Posts Tagged ‘identity’

Men, Women, Mindfulness

Friday, December 29th, 2017

I read an article on sexual misconduct  recently in which actor Minnie Driver offered a scathing critique of men—one man in particular, actor Matt Damon—who attempt to categorize  the different behaviors that constitute sexual abuse. In an interview with ABC News, Damon said alleged sexual misconduct by powerful men involved “a spectrum of behavior,” discussing his perception of the impact of various kinds of sexual transgressions. In her comments after that interview, Driver countered that whether the behavior was verbal taunting or casual touching or rape, men “simply cannot understand what abuse is like on a daily level” and therefore, should not attempt to differentiate or explain sexual misconduct against women.

I reacted as I read the article. Ok, I copped an attitude. What was Driver talking about? As a man, I agree I can’t understand the experience of being the target of constant sexual abuse the way women are in a heteronormative environment. But I sure as hell can comment on it and analyze the phenomenon. Indeed, I have a responsibility to engage this way if I am serious about trying to change the toxic status quo. She was straight up wrong, I concluded. Oh, and the article noted that she used to date Damon. Ah, that’s part of what motivated this whole thing, I surmised. She didn’t like her ex commenting on this. I wondered if this was a veiled attack on him. Bad relationships can lead people to be bitter toward one another.

There was quite a show going on in my head.

Then a funny thing happened. While I was being outraged and sanctimonious and sexist, I was simultaneously watching myself be outraged and sanctimonious and sexist. I was aware that I was having this string of reactions. I was being mindful. In a nutshell, mindfulness is the practice of bringing awareness to 1) what you’re directly experiencing via your senses, or 2) your state of mind via your thoughts and emotions. It can sound esoteric, but it is actually important in very practical ways. A growing body of research points to a variety of physical, emotional, and psychological benefits to cultivating a practice of mindfulness. In her article “Can we Talk?,” my Darden colleague, Lili Powell writes about how to use mindfulness practices to enhance one’s ability to have crucial conversations.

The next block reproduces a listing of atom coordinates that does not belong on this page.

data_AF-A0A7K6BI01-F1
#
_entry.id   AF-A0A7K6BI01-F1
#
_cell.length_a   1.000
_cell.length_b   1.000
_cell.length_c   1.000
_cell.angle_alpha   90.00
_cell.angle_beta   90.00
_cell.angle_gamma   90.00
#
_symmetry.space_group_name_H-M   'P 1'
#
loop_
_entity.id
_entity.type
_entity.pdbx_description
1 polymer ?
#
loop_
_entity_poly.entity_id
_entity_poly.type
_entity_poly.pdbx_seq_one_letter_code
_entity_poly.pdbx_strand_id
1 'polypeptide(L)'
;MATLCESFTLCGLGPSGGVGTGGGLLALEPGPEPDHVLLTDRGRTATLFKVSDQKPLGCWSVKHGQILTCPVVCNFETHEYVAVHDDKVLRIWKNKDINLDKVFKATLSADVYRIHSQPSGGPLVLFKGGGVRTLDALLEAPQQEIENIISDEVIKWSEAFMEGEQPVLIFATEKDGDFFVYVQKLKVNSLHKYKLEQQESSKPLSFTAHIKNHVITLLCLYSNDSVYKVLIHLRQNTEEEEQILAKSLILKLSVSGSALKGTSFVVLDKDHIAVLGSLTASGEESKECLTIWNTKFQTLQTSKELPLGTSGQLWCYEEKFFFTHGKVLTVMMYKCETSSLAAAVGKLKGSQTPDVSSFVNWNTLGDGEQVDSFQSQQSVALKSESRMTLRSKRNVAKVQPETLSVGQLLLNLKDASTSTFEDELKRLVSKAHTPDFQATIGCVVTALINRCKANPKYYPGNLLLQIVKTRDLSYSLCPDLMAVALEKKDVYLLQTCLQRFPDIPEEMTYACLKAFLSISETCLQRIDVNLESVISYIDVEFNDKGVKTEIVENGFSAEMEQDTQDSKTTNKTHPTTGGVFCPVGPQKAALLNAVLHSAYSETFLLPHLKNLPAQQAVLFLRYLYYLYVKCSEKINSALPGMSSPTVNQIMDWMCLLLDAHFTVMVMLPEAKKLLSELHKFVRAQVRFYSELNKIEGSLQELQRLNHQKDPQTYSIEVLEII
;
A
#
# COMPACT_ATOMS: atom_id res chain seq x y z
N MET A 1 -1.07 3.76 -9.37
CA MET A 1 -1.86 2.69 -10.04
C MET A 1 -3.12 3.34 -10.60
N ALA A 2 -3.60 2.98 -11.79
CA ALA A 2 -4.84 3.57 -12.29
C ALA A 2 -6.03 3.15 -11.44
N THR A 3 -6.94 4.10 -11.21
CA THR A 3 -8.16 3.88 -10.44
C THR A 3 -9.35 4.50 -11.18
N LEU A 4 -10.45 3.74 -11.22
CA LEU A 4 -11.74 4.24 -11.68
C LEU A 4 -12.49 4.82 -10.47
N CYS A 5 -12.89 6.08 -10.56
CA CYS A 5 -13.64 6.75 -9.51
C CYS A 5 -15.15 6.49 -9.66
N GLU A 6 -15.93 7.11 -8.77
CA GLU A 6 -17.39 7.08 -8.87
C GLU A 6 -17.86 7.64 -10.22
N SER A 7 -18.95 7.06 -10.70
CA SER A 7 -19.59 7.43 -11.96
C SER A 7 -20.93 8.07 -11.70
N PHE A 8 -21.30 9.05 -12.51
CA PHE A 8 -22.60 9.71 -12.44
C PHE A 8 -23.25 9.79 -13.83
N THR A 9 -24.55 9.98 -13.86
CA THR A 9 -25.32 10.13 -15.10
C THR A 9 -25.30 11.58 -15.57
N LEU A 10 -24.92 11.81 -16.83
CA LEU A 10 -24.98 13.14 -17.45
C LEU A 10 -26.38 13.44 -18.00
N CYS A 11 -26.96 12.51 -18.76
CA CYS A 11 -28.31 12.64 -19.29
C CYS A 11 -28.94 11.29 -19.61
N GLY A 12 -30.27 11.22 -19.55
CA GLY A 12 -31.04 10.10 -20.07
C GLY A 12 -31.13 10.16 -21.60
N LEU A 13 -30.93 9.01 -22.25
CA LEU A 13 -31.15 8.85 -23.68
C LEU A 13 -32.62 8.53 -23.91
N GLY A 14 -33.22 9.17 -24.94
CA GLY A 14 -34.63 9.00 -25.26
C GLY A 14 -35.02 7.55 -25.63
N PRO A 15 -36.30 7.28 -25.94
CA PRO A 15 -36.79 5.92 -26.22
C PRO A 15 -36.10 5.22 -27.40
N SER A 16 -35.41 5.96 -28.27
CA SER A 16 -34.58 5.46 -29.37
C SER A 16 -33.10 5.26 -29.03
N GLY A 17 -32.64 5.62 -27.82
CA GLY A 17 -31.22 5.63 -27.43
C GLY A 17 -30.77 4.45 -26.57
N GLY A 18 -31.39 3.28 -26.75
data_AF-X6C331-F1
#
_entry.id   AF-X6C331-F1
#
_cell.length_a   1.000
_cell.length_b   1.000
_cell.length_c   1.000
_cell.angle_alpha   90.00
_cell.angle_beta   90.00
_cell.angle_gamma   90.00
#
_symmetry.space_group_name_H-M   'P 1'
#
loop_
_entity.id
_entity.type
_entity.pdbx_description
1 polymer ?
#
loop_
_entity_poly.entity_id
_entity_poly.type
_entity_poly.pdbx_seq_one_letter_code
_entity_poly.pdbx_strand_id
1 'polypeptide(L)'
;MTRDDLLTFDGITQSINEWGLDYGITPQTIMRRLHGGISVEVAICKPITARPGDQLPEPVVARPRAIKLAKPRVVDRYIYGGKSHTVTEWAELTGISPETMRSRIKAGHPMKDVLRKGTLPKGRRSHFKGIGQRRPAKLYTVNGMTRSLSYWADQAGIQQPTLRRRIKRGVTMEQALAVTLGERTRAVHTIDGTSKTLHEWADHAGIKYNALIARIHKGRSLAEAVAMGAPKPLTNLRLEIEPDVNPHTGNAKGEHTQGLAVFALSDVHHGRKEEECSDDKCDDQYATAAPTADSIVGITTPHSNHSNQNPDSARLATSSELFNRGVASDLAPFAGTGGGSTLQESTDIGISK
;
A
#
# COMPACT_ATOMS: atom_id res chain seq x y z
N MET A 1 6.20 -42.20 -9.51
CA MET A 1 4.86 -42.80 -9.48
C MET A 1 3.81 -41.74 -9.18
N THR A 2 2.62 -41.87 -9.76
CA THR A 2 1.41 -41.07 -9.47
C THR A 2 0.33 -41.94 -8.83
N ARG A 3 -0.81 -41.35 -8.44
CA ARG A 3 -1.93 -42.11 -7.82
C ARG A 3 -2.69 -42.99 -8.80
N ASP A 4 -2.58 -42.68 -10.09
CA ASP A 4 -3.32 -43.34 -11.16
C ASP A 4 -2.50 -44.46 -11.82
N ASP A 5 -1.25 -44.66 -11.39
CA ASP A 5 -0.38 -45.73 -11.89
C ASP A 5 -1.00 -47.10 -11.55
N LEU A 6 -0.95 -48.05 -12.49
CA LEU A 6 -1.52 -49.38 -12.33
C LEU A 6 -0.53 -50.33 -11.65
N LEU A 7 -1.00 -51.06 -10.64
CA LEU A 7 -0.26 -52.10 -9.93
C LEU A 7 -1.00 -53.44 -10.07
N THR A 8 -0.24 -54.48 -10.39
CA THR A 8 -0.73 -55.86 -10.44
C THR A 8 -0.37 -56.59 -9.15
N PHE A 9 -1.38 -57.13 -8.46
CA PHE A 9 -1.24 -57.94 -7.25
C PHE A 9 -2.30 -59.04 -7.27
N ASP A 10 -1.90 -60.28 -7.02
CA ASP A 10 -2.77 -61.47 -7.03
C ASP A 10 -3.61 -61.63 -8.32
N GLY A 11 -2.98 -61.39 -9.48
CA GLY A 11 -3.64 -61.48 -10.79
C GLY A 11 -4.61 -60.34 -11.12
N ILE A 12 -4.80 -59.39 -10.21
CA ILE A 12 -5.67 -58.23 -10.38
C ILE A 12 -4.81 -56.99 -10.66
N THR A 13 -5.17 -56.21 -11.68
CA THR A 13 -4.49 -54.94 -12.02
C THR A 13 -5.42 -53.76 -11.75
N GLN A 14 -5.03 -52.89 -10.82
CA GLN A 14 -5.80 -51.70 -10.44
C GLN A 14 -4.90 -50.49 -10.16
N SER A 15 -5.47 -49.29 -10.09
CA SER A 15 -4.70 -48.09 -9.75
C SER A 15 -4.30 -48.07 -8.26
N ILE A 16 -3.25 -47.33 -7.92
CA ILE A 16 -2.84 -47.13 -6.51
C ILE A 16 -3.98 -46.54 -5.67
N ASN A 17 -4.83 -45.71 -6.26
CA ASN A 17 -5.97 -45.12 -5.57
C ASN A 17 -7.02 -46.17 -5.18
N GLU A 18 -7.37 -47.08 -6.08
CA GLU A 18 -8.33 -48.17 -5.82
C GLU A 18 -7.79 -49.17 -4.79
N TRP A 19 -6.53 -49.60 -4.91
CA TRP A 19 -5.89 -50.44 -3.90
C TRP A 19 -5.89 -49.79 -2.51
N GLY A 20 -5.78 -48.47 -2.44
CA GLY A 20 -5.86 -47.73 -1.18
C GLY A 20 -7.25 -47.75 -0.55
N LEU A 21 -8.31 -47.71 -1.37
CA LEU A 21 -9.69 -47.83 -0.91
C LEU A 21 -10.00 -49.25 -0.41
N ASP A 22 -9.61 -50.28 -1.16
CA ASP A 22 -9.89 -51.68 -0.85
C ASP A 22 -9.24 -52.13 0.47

Far too little attention has been paid to how mindfulness can be an asset in working amidst difference. What I discovered with my Minnie Driver extravaganza was that because I was aware of my reactions, I was able to 1) reflect on and analyze those reactions, 2) learn from them, and 3) change my behavior (instead of stewing in front of a computer screen, I shared my thoughts with friends and eventually I crafted this post)!

In an interview with philanthropist and wellness advocate Sonia Jones, I talked about how mindfulness can be instrumental in creating generative outcomes to intractable diversity conflicts. But, getting through conflict is just the tip of the iceberg when we reflect on the potential for living and working with those who are different from us.  Mindfulness can be a powerful tool for leveraging difference, helping us connect with one another to get real work done well.

I really want to explore this more.

Why Black Professionals Need to Learn to Drive a Stick Shift

Monday, December 18th, 2017